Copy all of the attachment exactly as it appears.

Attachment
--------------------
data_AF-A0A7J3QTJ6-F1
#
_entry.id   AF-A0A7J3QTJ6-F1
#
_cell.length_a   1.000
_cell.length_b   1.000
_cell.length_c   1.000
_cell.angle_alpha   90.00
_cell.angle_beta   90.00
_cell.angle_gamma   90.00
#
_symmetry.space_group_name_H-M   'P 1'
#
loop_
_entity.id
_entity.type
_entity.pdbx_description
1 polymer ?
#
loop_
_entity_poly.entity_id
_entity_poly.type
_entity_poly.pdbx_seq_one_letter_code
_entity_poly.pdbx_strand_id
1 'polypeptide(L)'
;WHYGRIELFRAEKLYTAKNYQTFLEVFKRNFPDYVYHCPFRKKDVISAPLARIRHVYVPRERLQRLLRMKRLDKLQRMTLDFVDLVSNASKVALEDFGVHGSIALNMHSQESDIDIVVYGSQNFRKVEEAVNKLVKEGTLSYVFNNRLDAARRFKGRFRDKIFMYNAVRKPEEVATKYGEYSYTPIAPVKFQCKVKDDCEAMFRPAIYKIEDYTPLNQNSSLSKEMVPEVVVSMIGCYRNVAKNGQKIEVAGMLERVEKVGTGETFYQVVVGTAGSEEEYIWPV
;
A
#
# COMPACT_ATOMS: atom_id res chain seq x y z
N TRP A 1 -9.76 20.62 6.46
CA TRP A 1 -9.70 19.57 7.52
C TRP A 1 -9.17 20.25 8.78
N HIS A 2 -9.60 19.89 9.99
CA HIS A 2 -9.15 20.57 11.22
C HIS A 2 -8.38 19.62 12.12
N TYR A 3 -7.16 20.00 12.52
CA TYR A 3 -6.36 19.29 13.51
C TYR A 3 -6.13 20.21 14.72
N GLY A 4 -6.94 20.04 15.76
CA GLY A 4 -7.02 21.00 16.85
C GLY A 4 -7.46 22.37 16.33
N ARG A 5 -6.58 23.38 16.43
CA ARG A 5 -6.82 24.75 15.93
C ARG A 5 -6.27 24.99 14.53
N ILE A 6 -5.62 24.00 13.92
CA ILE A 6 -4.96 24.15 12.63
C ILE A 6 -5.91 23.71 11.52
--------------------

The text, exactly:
data_AF-A0A7J3QTJ6-F1
#
_entry.id   AF-A0A7J3QTJ6-F1
#
_cell.length_a   1.000
_cell.length_b   1.000
_cell.length_c   1.000
_cell.angle_alpha   90.00
_cell.angle_beta   90.00
_cell.angle_gamma   90.00
#
_symmetry.space_group_name_H-M   'P 1'
#
loop_
_entity.id
_entity.type
_entity.pdbx_description
1 polymer ?
#
loop_
_entity_poly.entity_id
_entity_poly.type
_entity_poly.pdbx_seq_one_letter_code
_entity_poly.pdbx_strand_id
1 'polypeptide(L)'
;WHYGRIELFRAEKLYTAKNYQTFLEVFKRNFPDYVYHCPFRKKDVISAPLARIRHVYVPRERLQRLLRMKRLDKLQRMTLDFVDLVSNASKVALEDFGVHGSIALNMHSQESDIDIVVYGSQNFRKVEEAVNKLVKEGTLSYVFNNRLDAARRFKGRFRDKIFMYNAVRKPEEVATKYGEYSYTPIAPVKFQCKVKDDCEAMFRPAIYKIEDYTPLNQNSSLSKEMVPEVVVSMIGCYRNVAKNGQKIEVAGMLERVEKVGTGETFYQVVVGTAGSEEEYIWPV
;
A
#
# COMPACT_ATOMS: atom_id res chain seq x y z
N TRP A 1 -9.76 20.62 6.46
CA TRP A 1 -9.70 19.57 7.52
C TRP A 1 -9.17 20.25 8.78
N HIS A 2 -9.60 19.89 9.99
CA HIS A 2 -9.15 20.57 11.22
C HIS A 2 -8.38 19.62 12.12
N TYR A 3 -7.16 20.00 12.52
CA TYR A 3 -6.36 19.29 13.51
C TYR A 3 -6.13 20.21 14.72
N GLY A 4 -6.94 20.04 15.76
CA GLY A 4 -7.02 21.00 16.85
C GLY A 4 -7.46 22.37 16.33
N ARG A 5 -6.58 23.38 16.43
CA ARG A 5 -6.82 24.75 15.93
C ARG A 5 -6.27 24.99 14.53
N ILE A 6 -5.62 24.00 13.92
CA ILE A 6 -4.96 24.15 12.63
C ILE A 6 -5.91 23.71 11.52